It is clear from this division that the circle of concerns is not under our direct influence, but depends on many external factors. Which means, the problem of this outer circle of concerns can not be solved as quickly and simply as desired. If, despite this fact, we spend most of our time in a circle of concerns, without having a direct influence on it, we tend to become reactive, nervous, exhausted and frustrated.

It fills us with negative energies and narrows the range of our influence. We are trying to change the world and others, losing time and effort in vain. If we pay enough time to the inner circle of influence – we live proactively, our inner potential of freedom expands considerably, and we are able to influence the circle of concerns to the greater extent. Trying to change the world without changing oneself is a hopeless task in the circle worries.

It is quite clear from these schemes above that if a person doesn’t shift one’s focus from the outer circle of concerns to the inner circle of influence, then the hard circumstances of life may simply break the internally weak man who has no spiritual strength. This is how our circle of influence narrows down.  And such is the fate of people who are waiting for “the mercy“ from the external world.

On the other hand, if we grow internally, our circle of influence is expanding, and we are able to influence the world around us . This is our spiritual strength that conquers the conditionings of matter just as light dissipates darkness.

So, a typical reactive approach – “Let everything change first, then I’ll change”. How long do we have to wait for external changes, if we are motivated by this philosophy? An attempt to change oneself is a more realistic challenge in the circle of our influence. That is what will give us the experience and powers to change if not the entire world, then at least our immediate surroundings.

This is a proactive approach – “I am changing internally and able to positively influence the circle of concerns”. A person who spends more time in the circle of influence, becomes a more internally stable and consistent individual. He thinks of possibilities unlike a reactive person who thinks of problems and lives in perpetual crisis mode and stress.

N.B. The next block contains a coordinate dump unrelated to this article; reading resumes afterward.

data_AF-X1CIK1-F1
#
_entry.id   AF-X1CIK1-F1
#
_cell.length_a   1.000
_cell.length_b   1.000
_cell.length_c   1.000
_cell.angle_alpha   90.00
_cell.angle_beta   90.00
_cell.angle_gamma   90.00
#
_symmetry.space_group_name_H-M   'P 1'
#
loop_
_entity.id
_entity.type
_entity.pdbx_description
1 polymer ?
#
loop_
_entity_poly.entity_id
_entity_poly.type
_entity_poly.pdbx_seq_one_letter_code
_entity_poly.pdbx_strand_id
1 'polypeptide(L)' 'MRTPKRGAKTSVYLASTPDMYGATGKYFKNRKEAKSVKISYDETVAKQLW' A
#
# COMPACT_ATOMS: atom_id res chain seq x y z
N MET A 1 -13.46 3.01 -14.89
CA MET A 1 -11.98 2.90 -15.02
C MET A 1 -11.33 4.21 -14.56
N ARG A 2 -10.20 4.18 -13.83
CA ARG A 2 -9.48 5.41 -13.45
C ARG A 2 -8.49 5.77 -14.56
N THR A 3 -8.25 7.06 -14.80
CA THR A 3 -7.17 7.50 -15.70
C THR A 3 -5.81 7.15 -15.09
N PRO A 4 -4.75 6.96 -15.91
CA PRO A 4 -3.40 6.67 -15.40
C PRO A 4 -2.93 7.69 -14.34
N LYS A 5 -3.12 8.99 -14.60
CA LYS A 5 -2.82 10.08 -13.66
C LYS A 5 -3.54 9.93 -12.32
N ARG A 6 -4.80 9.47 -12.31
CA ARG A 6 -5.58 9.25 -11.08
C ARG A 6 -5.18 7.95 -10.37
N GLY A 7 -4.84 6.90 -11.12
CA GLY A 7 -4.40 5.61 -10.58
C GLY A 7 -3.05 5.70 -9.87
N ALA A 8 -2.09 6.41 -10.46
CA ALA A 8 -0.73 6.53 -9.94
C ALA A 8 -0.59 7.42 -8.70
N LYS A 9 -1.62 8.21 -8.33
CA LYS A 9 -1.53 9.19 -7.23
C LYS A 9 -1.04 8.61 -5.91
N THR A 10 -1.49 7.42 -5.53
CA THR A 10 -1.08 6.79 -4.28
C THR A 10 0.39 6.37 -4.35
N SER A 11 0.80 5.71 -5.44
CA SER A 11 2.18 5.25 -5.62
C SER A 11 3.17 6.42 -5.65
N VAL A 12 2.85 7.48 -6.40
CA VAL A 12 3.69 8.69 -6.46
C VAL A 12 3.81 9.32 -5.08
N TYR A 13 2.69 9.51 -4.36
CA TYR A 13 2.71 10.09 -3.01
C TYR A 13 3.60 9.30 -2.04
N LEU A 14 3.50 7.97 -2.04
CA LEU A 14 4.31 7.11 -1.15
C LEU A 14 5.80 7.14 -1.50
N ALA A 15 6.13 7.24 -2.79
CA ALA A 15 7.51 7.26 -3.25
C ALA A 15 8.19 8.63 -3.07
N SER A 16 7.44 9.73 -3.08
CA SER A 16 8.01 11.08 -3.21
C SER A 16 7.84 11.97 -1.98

The outer circle of concerns is associated with the concept of TO HAVE, and the inner circle of influence is associated with the concept of TO BE. Most reactive people think: “If I HAD more money, I would BE happy”.  Again, there is a strong dependence on the externals, which stem from internal weakness and emptiness.

But a proactive person thinks differently: “If I was a pious person in the past, I would have more opportunities” or “If I had been more patient, wise and loving, I would have HAD a greater impact on people.”

Having accepted one’s current situation as a natural consequence of one’s own past, such a person concentrates on a circle of influence, and starts to change the situation from inside out. The Vedic paradigm argues that firstly a person has to develop certain pious qualities through various activities (charity, austerity, and various forms of worshipping God), and as a reward the Lord gives some opportunities as a parent encourages an obedient child. The point is, before you HAVE something you must BE a person of certain inner qualities.


In the Old Testament there is a story of Joseph who in his youth was sold into slavery in Egypt by his own brothers. He could have plunged into depression, could have started accusing his brothers for betrayal. But Joseph was a proactive man. He tried to BE. And pretty soon he became a manager of his master’s house, who trusted and respected Joseph for his personal qualities. Then the day came when Joseph was in a difficult situation, but he didn’t compromise his honour. As a result, he was unjustly sentenced to 13 years in prison. But again he acted proactively, in the circle of influence. He worked his way up and soon he became a prison’s supervisor, and then the second figure in Egypt after the pharaoh. This is a vivid example of how the “inside – out” concept works or who you have to BE in order to HAVE.

A reactive leader, preoccupied by daily problems, often has to reinforce his “authority” with administrative and economic repressive measures. But these so-called measures are actually his inner weakness.

The Vedas say that a leader with spiritual qualities, manages with his fingertips so to say because being in harmony with God he becomes a conductor of the spiritual energy. Of course, administrative and economic instruments can not be excluded completely.

In our times it’s becoming quite obvious that it is not enough for a leader to be just a good manager or an administrator.

While one part of our society is hopelessly degrading and only understands the language of punishment, there is also a positive trend: more and more people are taking up the old, but not obsolete principles of spirituality and morality. More and more people are starting to follow the various spiritual practices of purification. These tendencies of a spiritual renaissance require the leaders to develop their better personal qualities.

Of course, there are Dale Carnegie’s manipulative techniques, that teach us to smile and be friendly, but people are not stupid and can sense the falsehood and all relations turn into a solid diplomacy.

But the Vedas insist on the need of developing one’s real spiritual qualities. Before you lead or manage others, you need to learn how to be in charge of yourself, how to control your senses. And that is impossible without spiritual strength.

So where do you get it? Well usually people turn for support to the higher authorities. We do not hesitate to approach a bank for a loan or get some assistance from the government. But a truly wise person who knows the bigger picture of life, turns to God. Then the external sources like banks, government, etc. simply become the conductors and not the sources of this support.

Comments are closed.